|4/23/1910 I.W.W. flyer|
The hobo was known, among other monikers, as a blanket stiff or bindle stiff, floater, harvest gypsy, apple glommer, sugar tramp and drift in. The bindle was the rolled up blanket or bundle that they carried on their back.
Hoboes "beat their way" on freight trains. This migratory population "rambled" and "freighted" around the country. They "hibernated" at fleabag hotels in the city between harvest seasons. They often "bummed" their way home.
They would try to steal a free ride in the "blind baggage" area of the train.
"Riding the bumpers" meant standing on the train couplers between the cars.
To "ride the rods" was to hang onto an under frame truss rod below the car. Very dangerous, especially when the "bulls" or "shacks" would dangle a metal coupling pin under the train and try to kill the poor vagrant. That deadly practice was called a "bo-teaser."
"Mission stiffs"wouldn't work but would accept a "religious conversion" for bread, coffee and a free bed.
A dead hobo would normally be buried in a "pauper's field."
"Lodgers" were allowed to sleep in the jail for a night.
An "apple knocker" picked apples, "pearl divers" washed dishes, farmers were "clover kickers," shacks" were brakemen, "scissor bills" was the name for those who refused to fight back. A carpenter was a "splinter belly", a "shovel stiff" worked a shovel, "rust eaters" worked the railroads. A "working stiff' worked steady.
Masses of hoboes lived in "jungles", those pushed off the trains were called "jumpers."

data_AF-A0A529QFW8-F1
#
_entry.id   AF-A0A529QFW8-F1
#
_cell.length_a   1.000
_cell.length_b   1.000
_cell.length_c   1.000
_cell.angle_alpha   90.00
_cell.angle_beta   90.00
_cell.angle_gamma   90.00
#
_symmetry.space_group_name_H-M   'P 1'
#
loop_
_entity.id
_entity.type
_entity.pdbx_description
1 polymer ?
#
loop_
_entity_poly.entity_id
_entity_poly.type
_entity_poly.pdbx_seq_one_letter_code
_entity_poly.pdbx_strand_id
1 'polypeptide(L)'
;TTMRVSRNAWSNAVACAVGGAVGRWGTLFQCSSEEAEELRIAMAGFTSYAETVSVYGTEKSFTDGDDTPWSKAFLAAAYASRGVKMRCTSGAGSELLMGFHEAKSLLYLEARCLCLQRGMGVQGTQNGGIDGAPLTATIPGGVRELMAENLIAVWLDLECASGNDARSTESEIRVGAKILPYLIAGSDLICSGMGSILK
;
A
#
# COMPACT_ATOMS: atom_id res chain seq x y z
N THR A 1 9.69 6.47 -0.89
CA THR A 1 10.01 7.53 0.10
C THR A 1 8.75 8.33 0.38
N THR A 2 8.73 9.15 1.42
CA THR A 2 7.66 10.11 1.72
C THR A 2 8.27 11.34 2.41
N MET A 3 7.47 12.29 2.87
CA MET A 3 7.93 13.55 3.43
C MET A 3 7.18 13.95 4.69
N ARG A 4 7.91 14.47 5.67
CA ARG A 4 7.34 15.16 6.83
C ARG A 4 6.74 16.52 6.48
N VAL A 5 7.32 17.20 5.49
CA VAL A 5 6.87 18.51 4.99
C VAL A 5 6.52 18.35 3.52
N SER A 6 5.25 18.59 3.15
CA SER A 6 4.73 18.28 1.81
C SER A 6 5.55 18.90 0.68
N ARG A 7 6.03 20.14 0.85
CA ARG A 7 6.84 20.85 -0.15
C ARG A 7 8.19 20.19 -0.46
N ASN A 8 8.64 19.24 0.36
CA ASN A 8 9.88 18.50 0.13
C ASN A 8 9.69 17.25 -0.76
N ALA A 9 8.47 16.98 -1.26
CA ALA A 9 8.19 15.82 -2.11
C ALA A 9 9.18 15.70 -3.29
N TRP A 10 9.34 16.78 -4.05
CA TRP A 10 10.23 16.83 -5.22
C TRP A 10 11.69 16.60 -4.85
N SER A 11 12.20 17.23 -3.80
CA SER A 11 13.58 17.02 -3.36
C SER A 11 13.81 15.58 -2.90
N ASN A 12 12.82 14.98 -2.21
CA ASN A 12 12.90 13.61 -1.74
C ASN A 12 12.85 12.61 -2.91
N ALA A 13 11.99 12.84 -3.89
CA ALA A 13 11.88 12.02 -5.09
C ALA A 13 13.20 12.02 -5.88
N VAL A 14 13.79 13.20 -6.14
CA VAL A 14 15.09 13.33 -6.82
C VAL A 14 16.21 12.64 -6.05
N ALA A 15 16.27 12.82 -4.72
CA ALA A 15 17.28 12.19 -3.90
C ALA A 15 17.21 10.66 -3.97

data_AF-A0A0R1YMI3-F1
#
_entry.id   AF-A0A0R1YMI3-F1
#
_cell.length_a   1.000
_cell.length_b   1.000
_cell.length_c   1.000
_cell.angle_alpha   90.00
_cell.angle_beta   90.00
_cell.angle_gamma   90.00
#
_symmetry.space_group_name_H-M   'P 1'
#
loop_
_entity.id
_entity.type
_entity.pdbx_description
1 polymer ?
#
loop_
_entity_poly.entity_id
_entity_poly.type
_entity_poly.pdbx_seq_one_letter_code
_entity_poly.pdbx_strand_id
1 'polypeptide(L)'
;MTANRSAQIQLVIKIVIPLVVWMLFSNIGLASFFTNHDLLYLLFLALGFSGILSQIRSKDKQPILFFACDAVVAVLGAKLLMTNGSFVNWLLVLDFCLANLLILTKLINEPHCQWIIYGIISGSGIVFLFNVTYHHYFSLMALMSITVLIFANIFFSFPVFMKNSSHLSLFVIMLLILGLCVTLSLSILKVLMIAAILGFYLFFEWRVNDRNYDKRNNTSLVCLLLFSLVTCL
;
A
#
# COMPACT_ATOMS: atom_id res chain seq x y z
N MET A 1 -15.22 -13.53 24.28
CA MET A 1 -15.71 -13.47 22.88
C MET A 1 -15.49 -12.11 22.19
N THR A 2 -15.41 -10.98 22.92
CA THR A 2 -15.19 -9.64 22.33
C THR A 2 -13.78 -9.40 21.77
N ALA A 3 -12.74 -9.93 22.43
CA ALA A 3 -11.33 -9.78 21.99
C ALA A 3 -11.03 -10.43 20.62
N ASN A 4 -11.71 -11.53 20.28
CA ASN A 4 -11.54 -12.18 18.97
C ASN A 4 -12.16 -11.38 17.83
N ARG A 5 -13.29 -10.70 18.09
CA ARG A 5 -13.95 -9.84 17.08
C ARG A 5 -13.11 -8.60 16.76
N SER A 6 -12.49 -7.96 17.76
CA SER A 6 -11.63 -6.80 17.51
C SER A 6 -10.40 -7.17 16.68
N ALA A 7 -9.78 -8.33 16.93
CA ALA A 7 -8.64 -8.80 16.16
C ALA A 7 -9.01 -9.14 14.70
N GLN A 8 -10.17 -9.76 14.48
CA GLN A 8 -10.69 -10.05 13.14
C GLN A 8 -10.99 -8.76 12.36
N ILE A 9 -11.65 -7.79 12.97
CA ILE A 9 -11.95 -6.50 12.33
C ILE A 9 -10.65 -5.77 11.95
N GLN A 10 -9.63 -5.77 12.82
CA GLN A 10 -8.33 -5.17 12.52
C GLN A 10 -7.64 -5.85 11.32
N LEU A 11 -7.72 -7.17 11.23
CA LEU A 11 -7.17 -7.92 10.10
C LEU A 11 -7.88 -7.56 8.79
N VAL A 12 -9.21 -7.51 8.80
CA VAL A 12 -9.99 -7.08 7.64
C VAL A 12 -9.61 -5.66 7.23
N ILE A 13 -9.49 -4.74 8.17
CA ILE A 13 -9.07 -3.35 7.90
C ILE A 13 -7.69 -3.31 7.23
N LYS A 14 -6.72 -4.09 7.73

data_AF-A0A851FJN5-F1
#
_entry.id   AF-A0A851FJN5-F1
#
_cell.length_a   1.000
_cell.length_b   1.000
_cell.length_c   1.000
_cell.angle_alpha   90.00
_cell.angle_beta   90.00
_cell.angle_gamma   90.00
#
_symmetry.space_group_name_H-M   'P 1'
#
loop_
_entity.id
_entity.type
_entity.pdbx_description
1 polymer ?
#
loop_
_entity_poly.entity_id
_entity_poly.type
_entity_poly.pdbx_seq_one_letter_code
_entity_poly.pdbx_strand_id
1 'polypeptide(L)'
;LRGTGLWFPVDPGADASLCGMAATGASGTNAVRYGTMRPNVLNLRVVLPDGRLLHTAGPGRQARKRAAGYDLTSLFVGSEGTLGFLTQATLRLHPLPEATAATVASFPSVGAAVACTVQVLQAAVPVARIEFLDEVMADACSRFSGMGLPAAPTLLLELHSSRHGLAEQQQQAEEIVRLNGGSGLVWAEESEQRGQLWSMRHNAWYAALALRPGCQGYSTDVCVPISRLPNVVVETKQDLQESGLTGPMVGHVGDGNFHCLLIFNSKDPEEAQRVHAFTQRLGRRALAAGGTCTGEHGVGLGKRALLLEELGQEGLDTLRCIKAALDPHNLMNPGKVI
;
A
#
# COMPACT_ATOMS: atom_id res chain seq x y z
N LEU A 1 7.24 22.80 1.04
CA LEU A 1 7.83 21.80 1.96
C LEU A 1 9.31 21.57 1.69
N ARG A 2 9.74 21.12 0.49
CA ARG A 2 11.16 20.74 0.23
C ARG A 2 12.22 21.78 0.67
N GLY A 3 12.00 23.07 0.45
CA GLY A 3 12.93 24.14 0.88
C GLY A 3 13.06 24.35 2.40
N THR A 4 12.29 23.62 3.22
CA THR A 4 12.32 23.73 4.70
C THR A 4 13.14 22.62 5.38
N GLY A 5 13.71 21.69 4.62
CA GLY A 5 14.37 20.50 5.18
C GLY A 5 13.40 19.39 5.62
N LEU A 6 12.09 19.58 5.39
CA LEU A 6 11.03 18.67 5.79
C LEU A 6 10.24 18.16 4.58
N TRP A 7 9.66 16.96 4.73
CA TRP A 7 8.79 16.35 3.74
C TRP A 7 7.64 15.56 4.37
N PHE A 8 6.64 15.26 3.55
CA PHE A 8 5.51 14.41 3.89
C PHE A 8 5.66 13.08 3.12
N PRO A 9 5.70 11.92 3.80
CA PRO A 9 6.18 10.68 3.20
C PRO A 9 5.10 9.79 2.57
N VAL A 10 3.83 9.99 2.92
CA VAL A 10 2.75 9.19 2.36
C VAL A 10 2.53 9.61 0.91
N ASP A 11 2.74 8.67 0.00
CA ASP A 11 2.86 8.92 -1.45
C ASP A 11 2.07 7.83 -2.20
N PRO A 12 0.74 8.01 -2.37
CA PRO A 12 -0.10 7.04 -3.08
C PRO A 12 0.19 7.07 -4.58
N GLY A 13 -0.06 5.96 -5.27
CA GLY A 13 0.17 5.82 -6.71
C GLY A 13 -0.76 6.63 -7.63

Many hoboes worked timber. Short log country was logged by "tramp lumberjacks." These folks "galloped" from Montana to Idaho. They started as "Whistle punks" and graduated to "choker setter."
They used "steam donkeys" to "highball log."
Their labor champion, the IWW, was of course known as the "wobblies."
"First bale" marked the start of a season.
Cotton was first hoed and then "chopped," the hardest work in the field.
"Snowdiggers" were tramps that came from the north.
Mexican workers composed and sang "corridos", blues songs describing their hard lot.
The sugar beet topper, often a child, was known as a "beeter." Hispanic beet workers were known as "betabeleros."
Japanese harvest workers were known as "buranketto boys."
Packing house workers "rustled" oranges.
This book, Hoboes, bindlestiffs, fruit tramps and the harvesting of the west is a good read if you have an interest in American history and spirit. Pick it up at your local library like I did.